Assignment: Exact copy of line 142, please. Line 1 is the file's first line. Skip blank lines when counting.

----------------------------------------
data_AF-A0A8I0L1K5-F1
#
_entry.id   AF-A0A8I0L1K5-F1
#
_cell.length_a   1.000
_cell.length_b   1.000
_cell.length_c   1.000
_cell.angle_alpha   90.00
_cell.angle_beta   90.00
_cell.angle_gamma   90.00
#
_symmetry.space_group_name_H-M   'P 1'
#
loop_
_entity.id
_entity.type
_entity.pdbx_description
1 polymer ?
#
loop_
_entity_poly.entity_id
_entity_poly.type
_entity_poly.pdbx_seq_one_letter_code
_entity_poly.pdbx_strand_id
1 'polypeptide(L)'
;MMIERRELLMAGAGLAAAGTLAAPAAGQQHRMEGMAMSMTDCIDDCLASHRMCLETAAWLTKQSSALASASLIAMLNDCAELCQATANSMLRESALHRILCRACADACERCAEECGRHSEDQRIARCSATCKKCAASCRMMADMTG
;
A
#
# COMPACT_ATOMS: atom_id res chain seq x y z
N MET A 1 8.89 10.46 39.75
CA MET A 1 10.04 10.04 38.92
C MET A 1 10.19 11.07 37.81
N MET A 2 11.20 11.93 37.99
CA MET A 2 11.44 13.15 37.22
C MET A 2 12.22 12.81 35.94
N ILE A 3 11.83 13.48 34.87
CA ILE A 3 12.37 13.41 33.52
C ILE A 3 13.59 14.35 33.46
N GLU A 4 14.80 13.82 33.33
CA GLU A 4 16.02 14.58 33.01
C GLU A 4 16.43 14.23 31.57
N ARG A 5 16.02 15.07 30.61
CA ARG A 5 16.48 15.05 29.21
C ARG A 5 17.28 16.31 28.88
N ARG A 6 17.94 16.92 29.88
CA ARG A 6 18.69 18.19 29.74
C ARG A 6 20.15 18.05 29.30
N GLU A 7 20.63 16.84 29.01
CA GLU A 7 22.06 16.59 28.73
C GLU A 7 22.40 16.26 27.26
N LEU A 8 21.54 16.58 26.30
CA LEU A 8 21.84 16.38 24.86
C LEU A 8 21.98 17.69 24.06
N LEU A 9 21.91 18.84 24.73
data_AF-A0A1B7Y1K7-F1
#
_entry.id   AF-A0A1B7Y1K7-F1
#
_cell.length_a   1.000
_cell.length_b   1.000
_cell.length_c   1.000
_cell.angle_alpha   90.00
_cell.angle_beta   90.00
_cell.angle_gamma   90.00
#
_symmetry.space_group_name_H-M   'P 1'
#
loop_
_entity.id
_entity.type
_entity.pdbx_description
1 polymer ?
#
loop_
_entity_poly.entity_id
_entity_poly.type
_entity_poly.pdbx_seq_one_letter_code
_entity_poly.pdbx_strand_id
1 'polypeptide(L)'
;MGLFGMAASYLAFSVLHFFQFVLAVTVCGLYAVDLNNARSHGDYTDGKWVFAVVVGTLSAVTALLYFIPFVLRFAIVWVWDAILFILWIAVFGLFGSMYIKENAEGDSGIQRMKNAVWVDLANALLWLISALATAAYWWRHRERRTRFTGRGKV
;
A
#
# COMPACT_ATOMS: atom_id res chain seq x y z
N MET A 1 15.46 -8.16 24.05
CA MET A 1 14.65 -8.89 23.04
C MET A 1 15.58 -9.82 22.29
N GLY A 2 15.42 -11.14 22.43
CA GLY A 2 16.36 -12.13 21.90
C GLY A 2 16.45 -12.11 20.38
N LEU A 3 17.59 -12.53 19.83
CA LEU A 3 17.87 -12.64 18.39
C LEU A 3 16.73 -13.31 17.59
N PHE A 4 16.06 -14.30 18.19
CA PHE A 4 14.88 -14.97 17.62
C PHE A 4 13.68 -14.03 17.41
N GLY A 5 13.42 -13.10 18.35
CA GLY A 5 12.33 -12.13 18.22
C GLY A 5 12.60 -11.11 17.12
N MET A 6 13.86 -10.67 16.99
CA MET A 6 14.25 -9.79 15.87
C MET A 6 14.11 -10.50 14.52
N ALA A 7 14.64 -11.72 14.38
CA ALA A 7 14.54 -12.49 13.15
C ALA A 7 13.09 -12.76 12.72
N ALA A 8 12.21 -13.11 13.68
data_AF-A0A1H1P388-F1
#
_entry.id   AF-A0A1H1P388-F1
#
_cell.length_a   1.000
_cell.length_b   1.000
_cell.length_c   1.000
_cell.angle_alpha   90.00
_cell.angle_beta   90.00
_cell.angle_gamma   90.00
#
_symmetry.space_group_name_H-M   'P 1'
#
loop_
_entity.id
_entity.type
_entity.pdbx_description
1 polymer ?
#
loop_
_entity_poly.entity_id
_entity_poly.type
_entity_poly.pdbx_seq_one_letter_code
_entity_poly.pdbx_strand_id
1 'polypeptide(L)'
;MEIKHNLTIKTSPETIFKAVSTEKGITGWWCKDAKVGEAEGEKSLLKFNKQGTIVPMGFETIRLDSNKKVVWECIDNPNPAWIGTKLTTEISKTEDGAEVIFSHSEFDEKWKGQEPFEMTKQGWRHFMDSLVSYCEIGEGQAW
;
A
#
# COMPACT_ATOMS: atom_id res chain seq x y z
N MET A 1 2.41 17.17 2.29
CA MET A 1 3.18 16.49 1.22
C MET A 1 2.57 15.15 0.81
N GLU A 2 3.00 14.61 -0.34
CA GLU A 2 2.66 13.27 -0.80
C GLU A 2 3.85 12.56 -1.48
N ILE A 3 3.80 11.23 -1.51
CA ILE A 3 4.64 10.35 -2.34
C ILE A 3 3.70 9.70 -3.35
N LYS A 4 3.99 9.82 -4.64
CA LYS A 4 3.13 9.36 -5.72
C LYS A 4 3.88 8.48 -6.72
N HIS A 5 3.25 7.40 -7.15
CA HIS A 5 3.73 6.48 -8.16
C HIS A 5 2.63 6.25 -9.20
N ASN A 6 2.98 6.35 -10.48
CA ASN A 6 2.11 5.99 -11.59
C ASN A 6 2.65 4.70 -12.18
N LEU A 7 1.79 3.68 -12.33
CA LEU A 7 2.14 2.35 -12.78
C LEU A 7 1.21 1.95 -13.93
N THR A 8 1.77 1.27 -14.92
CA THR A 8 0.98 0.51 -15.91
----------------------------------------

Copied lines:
CA GLU A 2 2.66 13.27 -0.80